70% of the U.S. population now lives in a state where same-sex marriage is legal. At 36 and counting!
I don't think there is anything wrong with fairy tales. If the concern is that they are anti-feminist... Well, I don't think the odd story is going to undermine the life and example you live around them.
As for "happily ever after"... Sure, things don't always go so perfectly, but there is nothing wrong with having those aspirations. I don't think young kids need to know that life sucks sometimes, relationships fail sometimes, etc. And I agree with Lisa, that I am living a "happily ever after" - not the fairy tales variety, but the real life kind that involves a good (though not perfect) man, wonderful kids, hard work, loyalty, and all those other good things
I think this sounds like a "first world problem" and "white people guilt". problem. Fairy tales are fun. Childhood should be fun. I feel bad for any kid who has to live knowing that crap happens in the world on a constant basis. I never knew the everyday bad stuff as a kid and I'm no worse for it. I think it is fine to discuss the era most of these were written in and that women did not have the choices they do today but all in all it's fine to me.
Mom to E and C
I, for one, don't see anything wrong with wanting someone to take care of you and live happily ever after, whether it's a boy or a girl. Who wouldn't want that? Independence is great, but if someone finds their Prince Charming or Princess Charming then all the better.
I think its fair to bring up the concerns about princesses and fairy tales. I have only one daughter who is seriously in love with princesses....interestingly enough she is also the one who seems to think its cool to rely on boys to fix things. I was flabbergasted one day at my in-laws...a toy had broken, something was stuck and she said "We need to go get a boy to fix this" Where woudl she get this message from? I didn't teach her that....i've never told her that. So i had to swiftly tell her that we didn't need a boy to fix this problem, we could do it ourselves.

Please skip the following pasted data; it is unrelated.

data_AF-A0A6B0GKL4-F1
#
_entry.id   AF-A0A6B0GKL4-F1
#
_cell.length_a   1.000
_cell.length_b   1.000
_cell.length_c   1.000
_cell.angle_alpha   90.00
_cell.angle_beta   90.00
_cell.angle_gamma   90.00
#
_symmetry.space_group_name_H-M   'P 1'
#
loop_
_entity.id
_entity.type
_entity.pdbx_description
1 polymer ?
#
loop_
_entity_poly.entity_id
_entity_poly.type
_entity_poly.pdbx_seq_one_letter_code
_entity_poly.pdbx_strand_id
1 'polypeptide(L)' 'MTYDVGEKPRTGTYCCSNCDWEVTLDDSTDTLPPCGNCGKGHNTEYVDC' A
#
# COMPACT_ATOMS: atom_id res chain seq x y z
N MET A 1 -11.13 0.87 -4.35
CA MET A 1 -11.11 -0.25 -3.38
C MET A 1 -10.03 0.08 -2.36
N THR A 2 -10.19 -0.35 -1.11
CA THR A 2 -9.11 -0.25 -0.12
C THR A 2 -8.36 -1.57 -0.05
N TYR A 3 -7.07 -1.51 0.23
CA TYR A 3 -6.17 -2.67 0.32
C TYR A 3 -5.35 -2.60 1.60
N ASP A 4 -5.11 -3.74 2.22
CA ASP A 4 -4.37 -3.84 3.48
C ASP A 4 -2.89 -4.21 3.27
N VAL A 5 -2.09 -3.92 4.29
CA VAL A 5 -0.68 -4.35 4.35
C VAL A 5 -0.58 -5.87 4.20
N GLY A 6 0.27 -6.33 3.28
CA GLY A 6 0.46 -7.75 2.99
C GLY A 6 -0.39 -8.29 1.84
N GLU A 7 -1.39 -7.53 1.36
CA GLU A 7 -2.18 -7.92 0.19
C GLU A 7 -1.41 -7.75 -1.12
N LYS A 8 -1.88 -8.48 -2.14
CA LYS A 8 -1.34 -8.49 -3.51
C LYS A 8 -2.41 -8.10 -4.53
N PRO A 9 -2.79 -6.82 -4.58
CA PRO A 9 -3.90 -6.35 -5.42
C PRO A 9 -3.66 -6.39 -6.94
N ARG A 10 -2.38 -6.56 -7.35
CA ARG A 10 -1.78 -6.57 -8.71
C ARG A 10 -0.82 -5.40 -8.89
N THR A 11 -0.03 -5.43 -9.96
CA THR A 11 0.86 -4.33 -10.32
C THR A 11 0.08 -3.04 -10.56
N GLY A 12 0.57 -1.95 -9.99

Mind you she was 3 at the time so plenty of time to right this, lots of strong female role models IRL and we don't reinforce those notions at home.
But anything that does reinforce that boys fix the problems is not really great in my book. Traditional fairly tales definitely rely on this plot alot. Also due to their simplistic nature (i mean their short and not complex, which is overall a positive thing for children) it can seem to be sending the message that "happily ever after" = "finding a man". I definitely don't want that to be the ultimate message either. Happiness is so much more than just that.
But i don't worry about fairy tales doing this to my daughters because they have more than enough other positive influence in their lives that this won't be the main message they ever get. I think they will eventually grow up and know that they are just fun stories.
I don't discourage my daughter from playing princess and watching the movies and everything else. I've bought her princess-y related gifts and whatnot before. But i don't over-emphasize this stuff either and purposely try to avoid that. Its just another toy/play thing in the house.
Cecilia Marie 1/10/10
Photo By Anne Schmidt Photography